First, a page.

Violence Sweeps Haiti

People carry away objects after looting shipping containers in the port of St. Marc, 55 miles north of Port-au-Prince, Haiti, Feb. 8, 2004. Hundreds of people looted shipping containers, carrying away television sets and sacks of flour a day after armed government opponents drove police out of this western town in a widening uprising against President Jean-Bertrand Aristide. AP

A popular uprising in Haiti spread on Monday with anti-government rebels taking control of at least eight towns in western Haiti.

At least 46 people have been killed since armed opponents of President Jean-Bertrand Aristide began their assault Thursday, setting police stations on fire and driving officers from the northwestern city of Gonaives and several smaller nearby towns.

"We are in a situation of armed popular insurrection," said opposition politician and former coup leader, former army Col. Himler Rebu.

Hundreds of Haitians looted TV sets, mattresses and sacks of flour from shipping containers Sunday in St. Marc, one of several communities seized by rebels in a bloody uprising against Aristide.

Using felled trees, flaming tires and car chassis, residents blocked streets throughout St. Marc on Sunday, one day after militants drove out police in gunbattles that killed two people. Many residents have formed neighborhood groups to back insurgents in their push to expel the president.

Anger has been brewing in Haiti since Aristide's party won flawed legislative elections in 2000. The opposition and foreign governments, including the United States, accused the party of changing the way votes were tabulated to allow a handful of their candidate into the national legislature.

The opposition refuses to join in any new vote unless the president resigns; he insists on serving out his term, ending in 2006.

The situation has worsened since the United States blocked aid to impoverished Haiti from multinational organizations. At least $145 million has been delayed.

Clashes between government opponents, police and Aristide supporters have killed at least 97 people since mid-September.

In a recent statement, the U.S. Embassy in Haiti blamed violence not on Aristide's opponents, but on allies of the president.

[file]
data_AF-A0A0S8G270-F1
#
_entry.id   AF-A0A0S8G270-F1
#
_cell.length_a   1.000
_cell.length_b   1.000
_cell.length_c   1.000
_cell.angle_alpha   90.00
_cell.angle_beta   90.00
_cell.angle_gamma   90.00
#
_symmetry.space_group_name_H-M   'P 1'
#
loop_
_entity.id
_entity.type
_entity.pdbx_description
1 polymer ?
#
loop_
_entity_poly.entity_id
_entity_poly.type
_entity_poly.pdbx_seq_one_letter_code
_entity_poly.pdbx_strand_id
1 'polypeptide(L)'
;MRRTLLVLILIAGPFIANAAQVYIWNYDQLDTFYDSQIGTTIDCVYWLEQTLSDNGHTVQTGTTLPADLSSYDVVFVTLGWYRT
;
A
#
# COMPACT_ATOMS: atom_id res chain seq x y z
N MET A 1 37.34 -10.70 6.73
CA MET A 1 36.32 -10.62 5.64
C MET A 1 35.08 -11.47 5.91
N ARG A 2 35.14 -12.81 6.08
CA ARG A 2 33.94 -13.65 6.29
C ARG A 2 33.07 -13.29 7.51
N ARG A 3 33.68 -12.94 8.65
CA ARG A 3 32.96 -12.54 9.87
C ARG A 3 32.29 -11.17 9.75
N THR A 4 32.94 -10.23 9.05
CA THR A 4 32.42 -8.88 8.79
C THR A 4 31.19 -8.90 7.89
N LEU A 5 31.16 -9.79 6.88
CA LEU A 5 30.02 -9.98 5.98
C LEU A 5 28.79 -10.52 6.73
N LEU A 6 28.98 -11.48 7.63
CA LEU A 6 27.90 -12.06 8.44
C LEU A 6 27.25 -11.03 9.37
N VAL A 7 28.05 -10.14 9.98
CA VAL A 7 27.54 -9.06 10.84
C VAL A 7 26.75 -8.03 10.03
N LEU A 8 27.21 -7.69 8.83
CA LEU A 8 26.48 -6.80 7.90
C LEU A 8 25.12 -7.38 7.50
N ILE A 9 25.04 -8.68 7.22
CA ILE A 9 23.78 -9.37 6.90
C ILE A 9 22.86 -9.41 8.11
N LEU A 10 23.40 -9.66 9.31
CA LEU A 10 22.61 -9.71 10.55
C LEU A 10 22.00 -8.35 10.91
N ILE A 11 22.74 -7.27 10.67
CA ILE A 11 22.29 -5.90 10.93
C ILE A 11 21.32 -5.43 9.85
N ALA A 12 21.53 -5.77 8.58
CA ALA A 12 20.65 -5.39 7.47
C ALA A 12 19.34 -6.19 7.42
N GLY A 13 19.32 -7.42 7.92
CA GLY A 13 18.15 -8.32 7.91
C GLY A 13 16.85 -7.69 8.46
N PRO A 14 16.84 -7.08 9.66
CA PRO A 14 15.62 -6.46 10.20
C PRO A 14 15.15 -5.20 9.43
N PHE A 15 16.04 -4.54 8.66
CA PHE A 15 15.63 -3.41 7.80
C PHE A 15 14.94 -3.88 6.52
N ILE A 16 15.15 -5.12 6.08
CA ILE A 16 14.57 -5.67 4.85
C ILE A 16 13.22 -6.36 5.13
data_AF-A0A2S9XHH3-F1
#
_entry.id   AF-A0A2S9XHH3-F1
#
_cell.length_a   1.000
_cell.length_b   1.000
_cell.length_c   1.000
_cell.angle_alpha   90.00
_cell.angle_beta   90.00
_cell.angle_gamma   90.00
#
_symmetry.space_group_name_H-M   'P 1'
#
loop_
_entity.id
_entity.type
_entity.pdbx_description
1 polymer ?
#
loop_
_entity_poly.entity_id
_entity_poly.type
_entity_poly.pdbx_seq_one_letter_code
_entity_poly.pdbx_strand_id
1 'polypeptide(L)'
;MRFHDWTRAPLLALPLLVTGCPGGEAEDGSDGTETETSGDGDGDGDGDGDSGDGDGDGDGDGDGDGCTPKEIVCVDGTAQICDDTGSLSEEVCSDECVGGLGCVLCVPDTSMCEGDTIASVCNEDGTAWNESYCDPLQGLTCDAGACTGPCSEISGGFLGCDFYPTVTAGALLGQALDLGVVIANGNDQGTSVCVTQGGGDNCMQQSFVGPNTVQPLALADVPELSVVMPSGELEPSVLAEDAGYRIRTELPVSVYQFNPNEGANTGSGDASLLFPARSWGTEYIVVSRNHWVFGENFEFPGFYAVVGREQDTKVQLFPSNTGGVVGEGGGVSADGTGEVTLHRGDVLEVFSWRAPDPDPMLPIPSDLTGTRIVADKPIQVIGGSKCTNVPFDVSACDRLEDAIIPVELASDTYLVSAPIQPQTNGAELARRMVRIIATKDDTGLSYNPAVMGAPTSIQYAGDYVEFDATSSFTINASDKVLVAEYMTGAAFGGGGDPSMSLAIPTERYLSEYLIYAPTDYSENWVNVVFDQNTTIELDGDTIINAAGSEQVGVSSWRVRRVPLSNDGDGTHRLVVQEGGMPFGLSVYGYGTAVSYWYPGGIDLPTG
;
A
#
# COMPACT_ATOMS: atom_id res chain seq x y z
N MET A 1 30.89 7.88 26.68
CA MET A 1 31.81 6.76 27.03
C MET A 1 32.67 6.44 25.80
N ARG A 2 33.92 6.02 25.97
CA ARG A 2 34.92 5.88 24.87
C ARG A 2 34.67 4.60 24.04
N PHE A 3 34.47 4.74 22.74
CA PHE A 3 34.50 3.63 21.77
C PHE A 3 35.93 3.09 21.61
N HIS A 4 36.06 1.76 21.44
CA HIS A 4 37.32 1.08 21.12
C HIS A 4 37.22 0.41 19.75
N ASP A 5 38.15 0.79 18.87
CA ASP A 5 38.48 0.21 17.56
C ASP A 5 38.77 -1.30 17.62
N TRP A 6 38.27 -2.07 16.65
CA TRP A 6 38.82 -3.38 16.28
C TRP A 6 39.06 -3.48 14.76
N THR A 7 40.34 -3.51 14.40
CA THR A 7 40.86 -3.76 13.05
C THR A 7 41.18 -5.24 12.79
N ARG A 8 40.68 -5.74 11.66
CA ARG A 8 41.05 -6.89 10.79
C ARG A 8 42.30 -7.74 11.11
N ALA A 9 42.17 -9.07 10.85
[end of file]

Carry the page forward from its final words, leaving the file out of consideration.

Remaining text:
On Jan. 30, the Embassy announced the departure of nonessential staff and dependents.

"Haiti's security environment has been deteriorating as President Aristide has continued to politicize the Haitian National Police and used government resources to pay for violent gangs to attack opposition demonstrators," the Embassy said.

The statement warned Americans to "defer travel to Haiti," and said the unrest had closed U.S. diplomatic offices several times.

In the bloodiest fights of recent days, 150 police tried to retake control of Gonaives on Saturday but left hours later after a series of gunbattles, witnesses said. At least nine people were killed, seven of them police, in gunbattles with rebels hiding on side streets and crouched in doorways.

Crowds mutilated and beat the corpses of three police officers. One body was dragged through the street as a man swung at it with a machete, and a woman cut off the officer's ear. Another policeman was lynched and stripped to his shorts, and residents dropped large rocks on his body.

Haitian radio stations reported claims by other rebels that as many as 14 police were killed in Gonaives on Saturday, but that couldn't be confirmed.

Meanwhile, before dawn Sunday an unidentified group of arsonists torched a two-story building in northern Cap-Haitien housing the studio of Radio Vision 2000, destroying it, the independent Haitian broadcaster said.

Rebels continued to rule the streets of Gonaives on Sunday, witnesses said, though it was unclear how many armed militants were the city of 200,000.

Calling the violence acts of terrorism, the government has vowed to regain control of the area, but it was unclear when police planned to return.

Police have deserted at least six other nearby towns, including Ennery, Gros Morne, L'Estere, Anse Rouge, Petite Riviere de l'Artibonite and Trou du Nord, according to the Haitian Press Network, a local news service.

Attackers set fire to the police stations of Gonaives, St. Marc and Trou du Nord. In St. Marc, the courthouse also was gutted by flames.

One 22-year-old bystander in St. Marc, David Saint-Louis, was wounded by a gunshot in the chest Sunday and said it was a police officer — in civilian clothing but wearing a badge — who fired at him near a barricade.

A number of people in both Gonaives and St. Marc said they formed neighborhood committees to aid the militants and keep watch over their areas.

The recent violence started Thursday when members of the Gonaives Resistance Front, took control of the Gonaives police station during a five-hour gunbattle. They set fire to buildings — including the mayor's house — and freed more than 100 prisoners from the city jail. Those clashes left at least seven dead and 20 injured.

The Gonaives Resistance Front used to be allied with Aristide. But it turned against him last year and changed its name from the "Cannibal Army," accusing the government of killing its leader Amiot Metayer to keep him from releasing damaging information about Aristide. The government denies it.

Some gunmen in Gonaives wore the camouflage pants and helmets of Haiti's disbanded army. The army ousted Aristide in 1991 during his first term. He was restored in a 1994 U.S. invasion and then disbanded the army, replacing it with a new civilian police force.
  • Bootie Cosgrove-Mather

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